Jail guard honored for actions
BY PORTSIA SMITH
Dec. 8 was supposed to be a regular day for Caroline County resident Mason Michael O’Roark.
Instead, it became a day he will never forget.
He had driven from his home in Lake Land’Or to Massaponax to do some grocery and Christmas shop ping at Walmart. And for whatever reason, he altered his usual route home on U.S. 1 and decided to take Interstate 95 instead.
That’s where he saw injured Virginia State Trooper Mike Hamer waving for help. He had just been shot in the leg after a struggle with a suspect on the side of the highway.
It was really all a blur, O’Roark said, but the next moment, he remembered being covered in blood and deputies pointing guns at his head.
“They thought I was the attacker at first when they saw the blood on me,” O’Roark told Hamer, 51, who remembers only bits and pieces of the moments immediately after he was shot. “I put my hands in the air and was like ’no, no, no, no.’”
O’Roark, a 29-year-old correc tions officer at the Peumansend Creek Regional Jail, was surprised at his workplace Thursday morning, receiving the Distinguished Service Award from the jail authority for his actions.
He also met Hamer for the first time since the day he saved his life.
“I lost almost half of my body’s blood supply,” Hamer told O’Roark Thursday. “You are one of the reasons I’m standing here right now. It’s unbelievable.”
O’Roark recalled the drama of their first meeting. After pulling over on the interstate and realizing that Hamer had been shot, he removed his favorite gray sweater and “used it as a pressure bandage until help arrived.” He also elevated Hamer’s leg onto his shoulder to try to slow the bleeding.
O’Roark said he kept talk ing to Hamer to keep him alert and even went to his car to get him some green tea because he kept saying he was thirsty. Hamer said he was feeling light-headed as he lay in the ditch.
“I remember thinking, ‘Who the hell is this guy?’ But it seemed like you knew what you were doing,” he told O’Roark. “Psychologically and physically, it helped me a lot.”
‘IT WAS EITHER HIM OR ME’
According to state police spokesman Sgt. Thomas Molnar, troopers were called about 1:30 p.m. on Dec. 8 about an abandoned 2003 Chevrolet Tahoe in the median on the southbound side of I–95 just north of the Thornburg exit in Spotsylvania County.
The driver had fled into a wooded area after a special agent with the Department of Motor Vehicles tried to stop him for reckless driving, Molnar said.
About 30 minutes later and two miles farther south on I–95, a tractor–trailer driver who had pulled over to inspect a tire reported that a man approached him and attempted to gain access to his vehicle. Molnar said the man fled back into the wooded area.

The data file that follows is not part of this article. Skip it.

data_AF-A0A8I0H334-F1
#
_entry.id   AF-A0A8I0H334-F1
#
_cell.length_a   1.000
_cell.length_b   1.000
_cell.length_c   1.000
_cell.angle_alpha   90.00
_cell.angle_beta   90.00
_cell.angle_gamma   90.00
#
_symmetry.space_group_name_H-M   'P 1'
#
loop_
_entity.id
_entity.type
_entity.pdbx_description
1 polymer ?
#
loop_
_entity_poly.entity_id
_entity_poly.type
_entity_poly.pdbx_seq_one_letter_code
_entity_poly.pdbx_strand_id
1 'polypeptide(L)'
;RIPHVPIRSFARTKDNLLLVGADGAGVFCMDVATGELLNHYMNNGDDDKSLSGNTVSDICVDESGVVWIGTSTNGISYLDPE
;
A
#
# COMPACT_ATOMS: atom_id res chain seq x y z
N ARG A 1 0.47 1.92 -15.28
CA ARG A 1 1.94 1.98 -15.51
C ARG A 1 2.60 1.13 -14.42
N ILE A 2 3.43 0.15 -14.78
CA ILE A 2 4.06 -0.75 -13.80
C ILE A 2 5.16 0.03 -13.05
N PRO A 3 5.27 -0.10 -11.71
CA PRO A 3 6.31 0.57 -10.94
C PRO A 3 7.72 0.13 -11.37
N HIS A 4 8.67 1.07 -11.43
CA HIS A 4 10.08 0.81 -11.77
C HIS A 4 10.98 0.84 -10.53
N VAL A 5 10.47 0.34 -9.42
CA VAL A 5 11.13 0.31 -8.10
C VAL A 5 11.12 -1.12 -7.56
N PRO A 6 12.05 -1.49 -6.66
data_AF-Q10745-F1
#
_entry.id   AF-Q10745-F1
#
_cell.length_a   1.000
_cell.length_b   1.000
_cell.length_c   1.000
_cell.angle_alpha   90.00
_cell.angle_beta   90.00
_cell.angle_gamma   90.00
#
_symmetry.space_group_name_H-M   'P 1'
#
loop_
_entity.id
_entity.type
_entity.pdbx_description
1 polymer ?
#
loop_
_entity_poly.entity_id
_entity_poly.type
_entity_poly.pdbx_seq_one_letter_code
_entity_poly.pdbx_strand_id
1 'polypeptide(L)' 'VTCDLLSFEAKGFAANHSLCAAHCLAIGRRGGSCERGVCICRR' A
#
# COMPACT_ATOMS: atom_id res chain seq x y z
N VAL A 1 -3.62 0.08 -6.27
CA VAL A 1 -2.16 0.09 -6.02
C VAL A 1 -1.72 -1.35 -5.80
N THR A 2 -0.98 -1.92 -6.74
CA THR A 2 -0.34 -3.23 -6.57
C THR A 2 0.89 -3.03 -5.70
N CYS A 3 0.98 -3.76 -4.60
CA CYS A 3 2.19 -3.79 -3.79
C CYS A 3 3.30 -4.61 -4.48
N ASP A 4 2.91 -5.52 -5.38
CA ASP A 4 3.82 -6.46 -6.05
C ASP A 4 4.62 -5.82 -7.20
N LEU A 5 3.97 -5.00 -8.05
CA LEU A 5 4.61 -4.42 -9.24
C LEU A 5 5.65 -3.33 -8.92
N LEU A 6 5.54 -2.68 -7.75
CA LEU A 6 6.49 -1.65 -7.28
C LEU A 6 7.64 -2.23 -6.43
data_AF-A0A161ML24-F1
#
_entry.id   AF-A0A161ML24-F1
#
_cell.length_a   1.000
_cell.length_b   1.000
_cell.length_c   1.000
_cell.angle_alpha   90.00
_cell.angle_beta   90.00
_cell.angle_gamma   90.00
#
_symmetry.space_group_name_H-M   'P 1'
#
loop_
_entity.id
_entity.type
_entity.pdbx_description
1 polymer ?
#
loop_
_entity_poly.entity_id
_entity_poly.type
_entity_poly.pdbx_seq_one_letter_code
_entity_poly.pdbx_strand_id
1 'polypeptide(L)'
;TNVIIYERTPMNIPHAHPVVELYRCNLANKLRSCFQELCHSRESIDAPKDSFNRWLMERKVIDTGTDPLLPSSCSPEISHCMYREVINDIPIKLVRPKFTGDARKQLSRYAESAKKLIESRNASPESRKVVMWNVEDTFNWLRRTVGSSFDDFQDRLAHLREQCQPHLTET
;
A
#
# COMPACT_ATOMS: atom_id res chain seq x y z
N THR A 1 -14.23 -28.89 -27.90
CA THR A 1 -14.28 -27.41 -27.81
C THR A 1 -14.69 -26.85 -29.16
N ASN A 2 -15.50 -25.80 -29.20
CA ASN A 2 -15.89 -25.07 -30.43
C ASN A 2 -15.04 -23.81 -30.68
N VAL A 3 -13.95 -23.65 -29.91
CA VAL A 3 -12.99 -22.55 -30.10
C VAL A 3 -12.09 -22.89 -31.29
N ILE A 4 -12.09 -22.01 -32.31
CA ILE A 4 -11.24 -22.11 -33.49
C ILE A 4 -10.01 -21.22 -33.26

Hamer responded and found Herbert J. Wheeler Jr., 32, of Chesterfield County walking along the right shoulder of the interstate at mile marker 116 in Caroline shortly before 3 p.m., Molnar said.
Hamer placed Wheeler in his unmarked patrol car, Molnar said, and a violent struggle ensued.
Wheeler tried to take the trooper’s weapon, Molnar said. The .357 revolver went off while still in its holster, striking Hamer in the leg and damaging his femoral artery.
Hamer returned fire with a 9 mm pistol, a personal weapon he had in his patrol car, fatally wounding Wheeler.
“It was either him or me,” Hamer told fredericksburg.com. “It was an unfortunate situation because I tried to help the guy, but I had to do what I had to do.”
Hamer fired three shots, two of which hit Wheeler in the head.
When O’Roark came upon the scene, (two unidentified women also stopped to help), he said he saw Wheeler in the car and thought he was doing a ride-a-long with the trooper.
“When I first came up, [Wheeler] was cognizant,” O’Roark said. “He knocked on the window and waved at me. I just thought he was scared. It wasn’t until later that I knew he was shot.”
Wheeler died the next day at Mary Washington Hospital. Traces of marijuana and some type of methamphetamine were found in his system, Hamer said.
ROAD TO RECOVERY
Hamer, wearing a black suit and cowboy boots, said he had to have surgery in which a vein from his left leg was used to bypass the femoral artery at the top of his right thigh.
But he said he’s feeling better and should return to work sometime in March.
“The doctors say every thing looks good right now,” he said. “I start physical therapy next week, so I’m back on the road to recovery.”
His patrol car had to be scrapped because there was so much blood inside and a bullet hole in the roof, Hamer said.
Although O’Roark wasn’t physically injured, he did struggle mentally afterward.
“I started having bad dreams about getting shot in the head,” he said.
He didn’t tell anyone, not even his mother until about two weeks later. When she found out, she made a call to her sister, who had given him the gray sweater a few Christmases ago.
She sent him a new one.
O’Roark said he was truly caught off guard by the recognition from his coworkers Thursday.
“The duty of someone from the correctional profession does not conclude at the end of the day,” said jail Superintendent Sandra Thacker. “We are always on duty to render public assistance when the need arises.” On behalf of the Authority and staff, we are very proud of him and offer him our congratulations on a job well done.”
But the best reward was the thanks he got from Hamer.
O’Roark told the trooper that he had applied to the Virginia State Police in September, but didn’t take the test because he couldn’t afford a three-piece suit.
Hamer encouraged him to apply again—and use him as a reference.
Portsia Smith: 540/374-5419